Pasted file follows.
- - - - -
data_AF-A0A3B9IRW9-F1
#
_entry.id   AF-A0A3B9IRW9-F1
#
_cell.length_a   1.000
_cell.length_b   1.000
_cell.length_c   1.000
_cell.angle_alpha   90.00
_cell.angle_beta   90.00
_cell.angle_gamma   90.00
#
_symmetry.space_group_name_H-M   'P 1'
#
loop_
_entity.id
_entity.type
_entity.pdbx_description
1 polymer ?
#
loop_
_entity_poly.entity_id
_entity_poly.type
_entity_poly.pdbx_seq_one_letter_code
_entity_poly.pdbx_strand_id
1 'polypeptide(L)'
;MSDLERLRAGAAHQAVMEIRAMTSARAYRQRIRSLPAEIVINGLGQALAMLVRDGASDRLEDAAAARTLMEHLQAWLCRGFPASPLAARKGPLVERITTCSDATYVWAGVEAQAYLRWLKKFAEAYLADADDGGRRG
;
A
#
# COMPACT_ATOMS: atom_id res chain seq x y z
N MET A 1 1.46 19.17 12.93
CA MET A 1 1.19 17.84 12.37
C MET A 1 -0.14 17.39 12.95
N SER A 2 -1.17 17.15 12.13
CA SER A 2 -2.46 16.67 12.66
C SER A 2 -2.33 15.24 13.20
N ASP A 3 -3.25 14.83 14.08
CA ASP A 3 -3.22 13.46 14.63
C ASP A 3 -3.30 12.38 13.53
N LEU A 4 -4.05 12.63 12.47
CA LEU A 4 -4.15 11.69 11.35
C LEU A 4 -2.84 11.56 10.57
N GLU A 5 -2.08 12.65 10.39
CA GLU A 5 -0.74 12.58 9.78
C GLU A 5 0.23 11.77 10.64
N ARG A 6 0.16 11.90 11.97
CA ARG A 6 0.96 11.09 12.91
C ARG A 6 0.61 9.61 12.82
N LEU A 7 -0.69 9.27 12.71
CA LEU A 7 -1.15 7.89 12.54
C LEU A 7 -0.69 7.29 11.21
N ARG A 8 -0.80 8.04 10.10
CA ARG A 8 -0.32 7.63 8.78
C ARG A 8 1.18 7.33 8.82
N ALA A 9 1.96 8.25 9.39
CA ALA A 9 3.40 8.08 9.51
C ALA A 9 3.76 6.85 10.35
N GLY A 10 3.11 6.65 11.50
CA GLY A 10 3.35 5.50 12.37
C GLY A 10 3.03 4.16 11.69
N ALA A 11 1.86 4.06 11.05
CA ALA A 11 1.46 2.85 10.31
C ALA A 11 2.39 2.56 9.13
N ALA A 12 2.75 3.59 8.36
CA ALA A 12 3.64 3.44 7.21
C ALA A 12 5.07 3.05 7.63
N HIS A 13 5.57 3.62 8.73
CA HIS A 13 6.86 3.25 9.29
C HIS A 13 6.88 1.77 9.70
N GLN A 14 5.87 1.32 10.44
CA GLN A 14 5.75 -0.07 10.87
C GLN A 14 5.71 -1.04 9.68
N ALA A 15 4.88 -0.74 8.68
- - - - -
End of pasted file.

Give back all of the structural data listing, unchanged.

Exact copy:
data_AF-A0A3B9IRW9-F1
#
_entry.id   AF-A0A3B9IRW9-F1
#
_cell.length_a   1.000
_cell.length_b   1.000
_cell.length_c   1.000
_cell.angle_alpha   90.00
_cell.angle_beta   90.00
_cell.angle_gamma   90.00
#
_symmetry.space_group_name_H-M   'P 1'
#
loop_
_entity.id
_entity.type
_entity.pdbx_description
1 polymer ?
#
loop_
_entity_poly.entity_id
_entity_poly.type
_entity_poly.pdbx_seq_one_letter_code
_entity_poly.pdbx_strand_id
1 'polypeptide(L)'
;MSDLERLRAGAAHQAVMEIRAMTSARAYRQRIRSLPAEIVINGLGQALAMLVRDGASDRLEDAAAARTLMEHLQAWLCRGFPASPLAARKGPLVERITTCSDATYVWAGVEAQAYLRWLKKFAEAYLADADDGGRRG
;
A
#
# COMPACT_ATOMS: atom_id res chain seq x y z
N MET A 1 1.46 19.17 12.93
CA MET A 1 1.19 17.84 12.37
C MET A 1 -0.14 17.39 12.95
N SER A 2 -1.17 17.15 12.13
CA SER A 2 -2.46 16.67 12.66
C SER A 2 -2.33 15.24 13.20
N ASP A 3 -3.25 14.83 14.08
CA ASP A 3 -3.22 13.46 14.63
C ASP A 3 -3.30 12.38 13.53
N LEU A 4 -4.05 12.63 12.47
CA LEU A 4 -4.15 11.69 11.35
C LEU A 4 -2.84 11.56 10.57
N GLU A 5 -2.08 12.65 10.39
CA GLU A 5 -0.74 12.58 9.78
C GLU A 5 0.23 11.77 10.64
N ARG A 6 0.16 11.90 11.97
CA ARG A 6 0.96 11.09 12.91
C ARG A 6 0.61 9.61 12.82
N LEU A 7 -0.69 9.27 12.71
CA LEU A 7 -1.15 7.89 12.54
C LEU A 7 -0.69 7.29 11.21
N ARG A 8 -0.80 8.04 10.10
CA ARG A 8 -0.32 7.63 8.78
C ARG A 8 1.18 7.33 8.82
N ALA A 9 1.96 8.25 9.39
CA ALA A 9 3.40 8.08 9.51
C ALA A 9 3.76 6.85 10.35
N GLY A 10 3.11 6.65 11.50
CA GLY A 10 3.35 5.50 12.37
C GLY A 10 3.03 4.16 11.69
N ALA A 11 1.86 4.06 11.05
CA ALA A 11 1.46 2.85 10.31
C ALA A 11 2.39 2.56 9.13
N ALA A 12 2.75 3.59 8.36
CA ALA A 12 3.64 3.44 7.21
C ALA A 12 5.07 3.05 7.63
N HIS A 13 5.57 3.62 8.73
CA HIS A 13 6.86 3.25 9.29
C HIS A 13 6.88 1.77 9.70
N GLN A 14 5.87 1.32 10.44
CA GLN A 14 5.75 -0.07 10.87
C GLN A 14 5.71 -1.04 9.68
N ALA A 15 4.88 -0.74 8.68